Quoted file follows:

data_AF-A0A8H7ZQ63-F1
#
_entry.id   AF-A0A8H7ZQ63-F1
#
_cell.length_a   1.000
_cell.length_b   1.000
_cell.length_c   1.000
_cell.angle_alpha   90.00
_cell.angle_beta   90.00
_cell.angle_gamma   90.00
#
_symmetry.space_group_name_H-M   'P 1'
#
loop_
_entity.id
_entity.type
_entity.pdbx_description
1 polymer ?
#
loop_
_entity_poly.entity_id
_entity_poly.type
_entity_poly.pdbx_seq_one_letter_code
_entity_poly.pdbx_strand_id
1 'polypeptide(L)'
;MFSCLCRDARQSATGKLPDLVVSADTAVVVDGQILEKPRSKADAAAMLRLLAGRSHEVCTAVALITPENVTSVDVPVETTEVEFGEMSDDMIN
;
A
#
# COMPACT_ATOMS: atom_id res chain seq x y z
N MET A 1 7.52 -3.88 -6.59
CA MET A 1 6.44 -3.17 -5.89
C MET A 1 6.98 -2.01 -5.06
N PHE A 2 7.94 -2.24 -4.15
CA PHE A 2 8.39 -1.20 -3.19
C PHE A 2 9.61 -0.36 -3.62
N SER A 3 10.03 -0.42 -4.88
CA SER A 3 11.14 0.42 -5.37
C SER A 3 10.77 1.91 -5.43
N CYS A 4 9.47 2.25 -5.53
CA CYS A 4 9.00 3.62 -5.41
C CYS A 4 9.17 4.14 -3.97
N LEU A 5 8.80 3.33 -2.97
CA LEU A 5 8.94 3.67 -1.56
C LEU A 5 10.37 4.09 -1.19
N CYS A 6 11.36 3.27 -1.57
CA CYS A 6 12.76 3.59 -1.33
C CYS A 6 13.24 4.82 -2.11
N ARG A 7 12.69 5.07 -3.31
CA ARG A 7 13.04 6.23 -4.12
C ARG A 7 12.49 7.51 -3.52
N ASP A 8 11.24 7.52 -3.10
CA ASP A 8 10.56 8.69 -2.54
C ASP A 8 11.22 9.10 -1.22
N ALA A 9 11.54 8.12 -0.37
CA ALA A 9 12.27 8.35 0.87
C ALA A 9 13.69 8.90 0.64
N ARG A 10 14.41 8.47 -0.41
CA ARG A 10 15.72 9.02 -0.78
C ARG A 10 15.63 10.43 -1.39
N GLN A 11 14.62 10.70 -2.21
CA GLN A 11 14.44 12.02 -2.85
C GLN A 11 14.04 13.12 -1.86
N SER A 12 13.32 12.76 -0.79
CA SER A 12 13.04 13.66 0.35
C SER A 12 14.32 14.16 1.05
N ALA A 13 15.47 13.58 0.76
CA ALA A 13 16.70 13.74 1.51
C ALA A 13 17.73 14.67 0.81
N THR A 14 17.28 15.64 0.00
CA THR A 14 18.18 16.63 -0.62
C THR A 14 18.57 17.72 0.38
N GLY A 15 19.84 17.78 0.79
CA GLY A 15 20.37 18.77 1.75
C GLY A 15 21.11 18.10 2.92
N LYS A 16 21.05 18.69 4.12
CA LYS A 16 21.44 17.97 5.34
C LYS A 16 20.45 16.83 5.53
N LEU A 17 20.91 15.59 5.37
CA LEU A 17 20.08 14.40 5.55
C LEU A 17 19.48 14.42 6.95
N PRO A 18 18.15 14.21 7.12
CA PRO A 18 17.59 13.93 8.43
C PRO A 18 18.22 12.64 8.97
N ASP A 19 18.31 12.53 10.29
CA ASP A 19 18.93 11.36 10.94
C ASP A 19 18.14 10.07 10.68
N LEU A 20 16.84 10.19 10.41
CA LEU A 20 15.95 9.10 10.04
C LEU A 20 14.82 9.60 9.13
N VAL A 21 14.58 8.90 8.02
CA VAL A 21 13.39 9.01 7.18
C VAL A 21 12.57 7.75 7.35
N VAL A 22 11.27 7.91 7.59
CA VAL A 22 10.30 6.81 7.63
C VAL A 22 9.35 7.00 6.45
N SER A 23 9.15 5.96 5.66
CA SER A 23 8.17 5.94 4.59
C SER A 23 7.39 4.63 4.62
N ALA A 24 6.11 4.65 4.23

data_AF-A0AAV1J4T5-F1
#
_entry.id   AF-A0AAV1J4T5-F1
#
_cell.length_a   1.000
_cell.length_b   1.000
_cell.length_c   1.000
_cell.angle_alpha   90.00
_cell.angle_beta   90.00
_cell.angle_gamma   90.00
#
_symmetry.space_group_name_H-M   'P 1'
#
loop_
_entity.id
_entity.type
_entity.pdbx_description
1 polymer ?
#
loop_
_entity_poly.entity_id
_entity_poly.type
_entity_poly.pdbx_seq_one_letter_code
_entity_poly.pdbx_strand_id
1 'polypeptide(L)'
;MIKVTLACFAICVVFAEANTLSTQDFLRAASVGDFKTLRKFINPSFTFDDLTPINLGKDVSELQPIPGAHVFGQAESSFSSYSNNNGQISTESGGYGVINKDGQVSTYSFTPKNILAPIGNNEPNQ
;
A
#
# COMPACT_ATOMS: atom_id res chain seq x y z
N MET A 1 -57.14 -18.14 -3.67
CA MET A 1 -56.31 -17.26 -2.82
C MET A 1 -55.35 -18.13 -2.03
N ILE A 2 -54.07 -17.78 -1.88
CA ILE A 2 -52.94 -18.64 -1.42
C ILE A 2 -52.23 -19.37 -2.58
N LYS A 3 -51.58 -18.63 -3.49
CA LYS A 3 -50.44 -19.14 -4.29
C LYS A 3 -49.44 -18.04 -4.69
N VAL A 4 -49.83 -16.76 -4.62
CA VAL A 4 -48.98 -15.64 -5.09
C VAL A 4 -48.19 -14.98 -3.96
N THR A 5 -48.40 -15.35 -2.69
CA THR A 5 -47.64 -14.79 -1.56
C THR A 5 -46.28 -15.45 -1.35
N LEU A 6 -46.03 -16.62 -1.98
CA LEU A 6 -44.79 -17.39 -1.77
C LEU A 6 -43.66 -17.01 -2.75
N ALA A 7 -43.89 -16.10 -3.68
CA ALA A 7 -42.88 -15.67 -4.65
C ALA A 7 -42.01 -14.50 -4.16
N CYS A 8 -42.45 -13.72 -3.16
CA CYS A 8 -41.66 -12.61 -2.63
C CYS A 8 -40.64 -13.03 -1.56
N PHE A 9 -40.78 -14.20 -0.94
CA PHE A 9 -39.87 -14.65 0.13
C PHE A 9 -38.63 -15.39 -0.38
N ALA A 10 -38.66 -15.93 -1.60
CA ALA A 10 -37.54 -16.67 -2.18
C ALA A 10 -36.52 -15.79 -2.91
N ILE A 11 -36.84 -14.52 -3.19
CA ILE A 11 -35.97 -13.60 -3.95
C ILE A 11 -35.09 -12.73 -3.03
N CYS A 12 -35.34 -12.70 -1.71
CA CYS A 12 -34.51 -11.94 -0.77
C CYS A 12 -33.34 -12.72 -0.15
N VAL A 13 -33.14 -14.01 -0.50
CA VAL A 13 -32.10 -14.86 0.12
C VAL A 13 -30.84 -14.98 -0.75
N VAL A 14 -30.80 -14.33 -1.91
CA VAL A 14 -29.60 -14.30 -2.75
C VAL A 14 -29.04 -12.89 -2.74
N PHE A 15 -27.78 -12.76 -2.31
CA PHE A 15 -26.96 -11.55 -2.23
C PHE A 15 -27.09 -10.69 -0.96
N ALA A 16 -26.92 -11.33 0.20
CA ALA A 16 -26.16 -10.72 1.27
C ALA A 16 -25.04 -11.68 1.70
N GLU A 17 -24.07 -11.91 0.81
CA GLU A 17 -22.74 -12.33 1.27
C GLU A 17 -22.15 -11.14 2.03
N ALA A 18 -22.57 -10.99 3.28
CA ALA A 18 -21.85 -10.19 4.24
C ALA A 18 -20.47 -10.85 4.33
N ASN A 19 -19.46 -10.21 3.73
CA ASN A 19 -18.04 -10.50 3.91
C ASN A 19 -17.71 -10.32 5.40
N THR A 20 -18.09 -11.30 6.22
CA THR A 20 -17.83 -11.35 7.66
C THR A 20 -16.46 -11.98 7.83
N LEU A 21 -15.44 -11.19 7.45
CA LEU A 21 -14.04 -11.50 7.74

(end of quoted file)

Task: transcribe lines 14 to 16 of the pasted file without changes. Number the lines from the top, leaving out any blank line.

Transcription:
loop_
_entity.id
_entity.type